- October 10, 2004
The Real Benefit Exercise
By Scott Sargis
Published in Staffing Industry Review
Most will agree that interviewing is a sales and marketing presentation whereby the candidate who often gets the job is the one most adept at promoting themselves. However, many contradictory books, exercises, videos and tools exist which claim to be the best at preparing you for interviews. How do you know which is best? Maybe the most qualified advisors are top salesmen with demonstrated sales track records. That was our feeling at Strategic Search Corporation when we commissioned a leading management consulting firm to study the behaviors and traits of top salesmen in closing the deal. As part of the study, we wanted to isolate those behaviors that were easiest to replicate by people like you with little or no sales experience. The result was the Real Benefit Exercise™.
We first interviewed and observed top salesmen in various industries. We focused on the top 5% of each company's sales force. Since sales are more of an art than a science it was hard to isolate exact rules that extended to a wide range of industries. However, we did uncover ten common traits:
- Strong product/service knowledge is paramount. As a result of that knowledge, top salesmen are able to effortlessly present their product/service and quickly address a multitude of customer questions and concerns.
- Strong customer knowledge is a must. Knowledge of all levels the organization from first level administrative personnel to the CEO. Detailed research of the customer's business model, organizational structure, constraints (e.g. political dynamics that they operate within) and hot buttons are essential in closing the deal.
- Knows the competition. Does not go into a sales presentation blind. Knows how their product/service stacks up versus competitive offerings.
- Employs the consultative approach to selling. Poor salesmen try to "ram their product/service down the prospect's throat." Good salesmen view the customer as a partner including: a) asking a lot of questions to determine their needs b) addressing all their needs and concerns and c) developing and recommending solutions that best meet their requirements.
- Makes the right contacts in the organization. Networks at key industry functions and events to become familiar with key decision makers that are crucial in closing the deal within the organization.
- Targets presentations. Good salesmen sell to the particular needs of each customer they are meeting. Furthermore, they try to focus on decision makers not "time wasters."
- Uses the K.I.S.S. (i.e. Keep It Simple Stupid) principle to selling. Concentrates only on what the customer needs to hear and does not over sell. Believes that less is more.
- Applies sizzle not just facts. Focuses presentations on benefits instead of details. Also takes into account a particular customer's needs when highlighting benefits.
- Is very persistent. Realizes that a decision maker may have had a bad day and the same presentation may work another time.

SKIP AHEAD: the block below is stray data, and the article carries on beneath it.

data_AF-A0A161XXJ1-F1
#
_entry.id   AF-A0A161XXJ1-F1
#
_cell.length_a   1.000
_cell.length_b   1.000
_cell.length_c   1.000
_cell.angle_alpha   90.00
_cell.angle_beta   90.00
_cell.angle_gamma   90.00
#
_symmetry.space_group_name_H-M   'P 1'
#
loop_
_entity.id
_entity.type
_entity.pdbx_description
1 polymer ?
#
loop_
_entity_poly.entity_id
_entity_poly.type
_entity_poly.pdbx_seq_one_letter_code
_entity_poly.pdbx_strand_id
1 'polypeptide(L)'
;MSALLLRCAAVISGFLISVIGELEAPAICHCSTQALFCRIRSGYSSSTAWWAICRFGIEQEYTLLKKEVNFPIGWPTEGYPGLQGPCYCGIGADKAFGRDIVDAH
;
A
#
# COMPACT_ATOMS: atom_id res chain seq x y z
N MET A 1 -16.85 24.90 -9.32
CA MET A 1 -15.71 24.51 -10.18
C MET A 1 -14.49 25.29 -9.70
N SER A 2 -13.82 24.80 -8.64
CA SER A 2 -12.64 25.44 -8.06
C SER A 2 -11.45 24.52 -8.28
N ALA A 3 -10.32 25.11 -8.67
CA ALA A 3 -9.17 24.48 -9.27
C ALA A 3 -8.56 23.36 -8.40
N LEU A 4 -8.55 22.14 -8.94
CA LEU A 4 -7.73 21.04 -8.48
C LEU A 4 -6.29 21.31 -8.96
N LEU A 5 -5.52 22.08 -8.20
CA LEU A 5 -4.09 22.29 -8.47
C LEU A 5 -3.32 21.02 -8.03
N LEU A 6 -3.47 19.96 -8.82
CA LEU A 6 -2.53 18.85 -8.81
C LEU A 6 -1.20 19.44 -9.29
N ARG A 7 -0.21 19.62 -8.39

- Sprinkles trial closes (e.g. "how does that sound?") throughout the presentation to gauge the customer's level of interest. Once the customer is ready, they "go for the close" instead of continuing to sell.
Once we determined the top ten attributes, our next step was to develop an exercise that could easily be implemented by people like you with little or no sales experience. Because we cannot magically turn you into a top salesman (and I doubt you want to become one), we won't attempt to capture all aspects of a good salesman's repertoire. Instead will focus on only those attributes that are easiest to copy and will have the maximum impact for you in the interview. The result is the three-step Real Benefit Exercise™. We chose this name because (as mentioned in characteristic #8) sizzle sells and good salesmen talk in terms of benefits to the customer. The interview process is no different. Instead of considering hiring managers as interviewers, we recommend you view them as customers. We also recommend thoroughly researching the "customer" before meeting them and asking a lot of questions during the meeting. This will assist you in uncovering their most important needs. Lastly, we developed the acronym C.O.P. to help you remember and apply all three steps:
Step 1: C stands for Copying. First, buy a small, ringed memo pad that will easily fit into your pocket or purse. Over the course of 3-4 days, copy all: a) quantitative accomplishments (e.g. any ways you've saved money, made money, any awards or situations where you stood out versus co-workers) and b) any specific tasks you've undertaken or skills you've acquired that are directly related to the job requirements at hand (e.g. if you are a secretary applying for a job that requires a lot of M.S. Office, copy the most important projects where you used M.S. Office). Carry the memo pad everywhere. You will probably balk at this feeling that a complete inventory is possible after only 30 minutes. However, our research shows that you will immediately remember 60-70% of your skills and accomplishments at the outset. However the remaining 30-40% will surface when you least expect it over a period of days. You could be watching a TV program and remember a 50% cost savings from 15 years ago! Therefore, you should spend at least a couple days on this step before moving on to step two.